In this visualization, students can explore North American fossil fuel CO2 emissions at very fine resolutions of both space and time. The data is provided by the Vulcan emissions data project, a NASA/DOE funded effort under the North American Carbon Program.

This static image from NOAA's Pacific Marine Environmental Laboratory Carbon Program offers a visually compelling and scientifically sound image of the sea water carbonate chemistry process that leads to ocean acidification and impedes calcification.

Interactive visualization that provides a basic overview of the Earth's carbon reservoirs and amount of carbon stored in each, CO2 transport among atmosphere, hydrosphere, geosphere, and biosphere, and a graph comparing global temp (deg C) and atmospheric CO2 levels (ppm) over the past 1000 years.

In this audio slideshow, an ecologist from the University of Florida describes the radiocarbon dating technique that scientists use to determine the amount of carbon within the permafrost of the Arctic tundra. Understanding the rate of carbon released as permafrost thaws is necessary to understand how this positive feedback mechanism is contributing to climate change that may further increase global surface temperatures.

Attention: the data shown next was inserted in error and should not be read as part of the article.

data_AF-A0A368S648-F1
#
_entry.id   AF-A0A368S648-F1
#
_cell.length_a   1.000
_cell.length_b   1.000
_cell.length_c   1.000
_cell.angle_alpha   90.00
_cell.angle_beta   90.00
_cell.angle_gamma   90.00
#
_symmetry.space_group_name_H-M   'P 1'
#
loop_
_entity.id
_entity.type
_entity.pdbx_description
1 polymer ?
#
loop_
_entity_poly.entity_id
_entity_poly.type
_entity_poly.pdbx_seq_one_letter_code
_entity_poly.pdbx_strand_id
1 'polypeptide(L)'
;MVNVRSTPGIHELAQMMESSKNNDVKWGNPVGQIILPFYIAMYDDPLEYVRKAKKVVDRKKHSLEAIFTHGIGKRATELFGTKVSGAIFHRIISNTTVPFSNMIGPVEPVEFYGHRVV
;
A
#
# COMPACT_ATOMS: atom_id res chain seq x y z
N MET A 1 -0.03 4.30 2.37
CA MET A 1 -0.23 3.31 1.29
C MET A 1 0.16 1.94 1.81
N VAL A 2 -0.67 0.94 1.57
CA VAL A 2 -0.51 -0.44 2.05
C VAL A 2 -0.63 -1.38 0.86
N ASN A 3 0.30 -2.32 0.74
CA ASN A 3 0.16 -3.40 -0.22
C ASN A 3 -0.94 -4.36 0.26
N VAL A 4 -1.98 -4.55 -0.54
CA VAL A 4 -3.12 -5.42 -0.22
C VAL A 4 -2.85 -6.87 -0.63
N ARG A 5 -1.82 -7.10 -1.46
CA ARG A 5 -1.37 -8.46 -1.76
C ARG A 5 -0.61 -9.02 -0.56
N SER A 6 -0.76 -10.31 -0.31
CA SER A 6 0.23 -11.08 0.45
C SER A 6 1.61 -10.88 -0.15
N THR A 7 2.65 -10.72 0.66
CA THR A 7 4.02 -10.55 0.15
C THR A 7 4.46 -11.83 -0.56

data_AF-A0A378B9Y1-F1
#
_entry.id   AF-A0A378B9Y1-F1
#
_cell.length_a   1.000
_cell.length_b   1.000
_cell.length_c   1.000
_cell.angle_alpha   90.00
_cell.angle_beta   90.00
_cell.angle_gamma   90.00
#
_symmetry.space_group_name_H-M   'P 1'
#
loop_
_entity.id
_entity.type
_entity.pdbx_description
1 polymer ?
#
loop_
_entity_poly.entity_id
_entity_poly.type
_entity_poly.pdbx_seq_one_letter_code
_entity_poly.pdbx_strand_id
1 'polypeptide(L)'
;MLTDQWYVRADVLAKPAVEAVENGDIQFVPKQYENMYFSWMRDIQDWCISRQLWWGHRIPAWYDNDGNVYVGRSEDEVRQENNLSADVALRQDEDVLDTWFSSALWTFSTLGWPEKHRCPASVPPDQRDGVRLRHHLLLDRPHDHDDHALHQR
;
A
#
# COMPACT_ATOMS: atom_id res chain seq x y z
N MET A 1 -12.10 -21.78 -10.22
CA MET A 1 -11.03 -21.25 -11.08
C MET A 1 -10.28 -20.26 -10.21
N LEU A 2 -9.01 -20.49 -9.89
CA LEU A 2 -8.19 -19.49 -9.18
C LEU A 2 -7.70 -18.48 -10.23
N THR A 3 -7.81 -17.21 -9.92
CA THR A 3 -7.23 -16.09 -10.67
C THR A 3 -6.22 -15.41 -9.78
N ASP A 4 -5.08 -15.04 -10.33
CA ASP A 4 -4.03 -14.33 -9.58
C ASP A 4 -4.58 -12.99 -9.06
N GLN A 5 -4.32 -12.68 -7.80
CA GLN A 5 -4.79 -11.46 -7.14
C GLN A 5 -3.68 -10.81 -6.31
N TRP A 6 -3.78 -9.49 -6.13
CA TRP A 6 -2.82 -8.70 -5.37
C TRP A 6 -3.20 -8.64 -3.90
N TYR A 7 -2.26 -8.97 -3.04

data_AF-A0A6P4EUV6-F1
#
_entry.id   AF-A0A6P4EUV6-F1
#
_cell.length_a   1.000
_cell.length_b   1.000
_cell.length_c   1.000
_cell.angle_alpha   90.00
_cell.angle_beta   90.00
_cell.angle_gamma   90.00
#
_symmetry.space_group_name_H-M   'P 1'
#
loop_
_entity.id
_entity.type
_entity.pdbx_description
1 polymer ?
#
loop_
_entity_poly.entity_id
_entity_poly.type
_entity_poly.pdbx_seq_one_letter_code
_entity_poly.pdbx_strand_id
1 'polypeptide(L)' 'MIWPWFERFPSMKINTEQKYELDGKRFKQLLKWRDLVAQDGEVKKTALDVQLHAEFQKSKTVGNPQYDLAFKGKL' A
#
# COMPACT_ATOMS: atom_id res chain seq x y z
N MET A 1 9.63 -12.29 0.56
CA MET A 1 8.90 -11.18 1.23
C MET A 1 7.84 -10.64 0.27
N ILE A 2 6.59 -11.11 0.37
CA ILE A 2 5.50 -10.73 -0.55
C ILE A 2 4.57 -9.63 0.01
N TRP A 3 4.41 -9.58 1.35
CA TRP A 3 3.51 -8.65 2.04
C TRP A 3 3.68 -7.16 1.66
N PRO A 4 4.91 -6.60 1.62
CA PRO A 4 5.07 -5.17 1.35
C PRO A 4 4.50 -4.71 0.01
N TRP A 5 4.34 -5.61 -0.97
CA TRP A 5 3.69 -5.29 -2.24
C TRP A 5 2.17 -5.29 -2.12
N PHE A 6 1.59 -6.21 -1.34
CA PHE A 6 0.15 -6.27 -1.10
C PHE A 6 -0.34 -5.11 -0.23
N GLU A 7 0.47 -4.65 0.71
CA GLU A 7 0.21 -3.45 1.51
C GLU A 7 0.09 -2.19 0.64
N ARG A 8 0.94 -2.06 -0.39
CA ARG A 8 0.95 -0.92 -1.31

This is a basic animation/simulation with background information about the greenhouse effect by DAMOCLES. The animation has several layers to it that allow users to drill into more detail about the natural greenhouse effect and different aspects of it, including volcanic aerosols and human impacts from burning fossil fuels.

This high-resolution narrated video shows levels and movements of CO2 globally through the course of a year.

This interactive follows carbon as it moves through various components of the carbon cycle.

This is a short NASA video on the water cycle. The video shows the importance of the water cycle to nearly every natural process on Earth and illustrates how tightly coupled the water cycle is to climate.

This is an interactive visualization of the Carbon Cycle, through short-term and long-term processes.

In this activity, students learn how carbon cycles through the Earth system by playing an online game.

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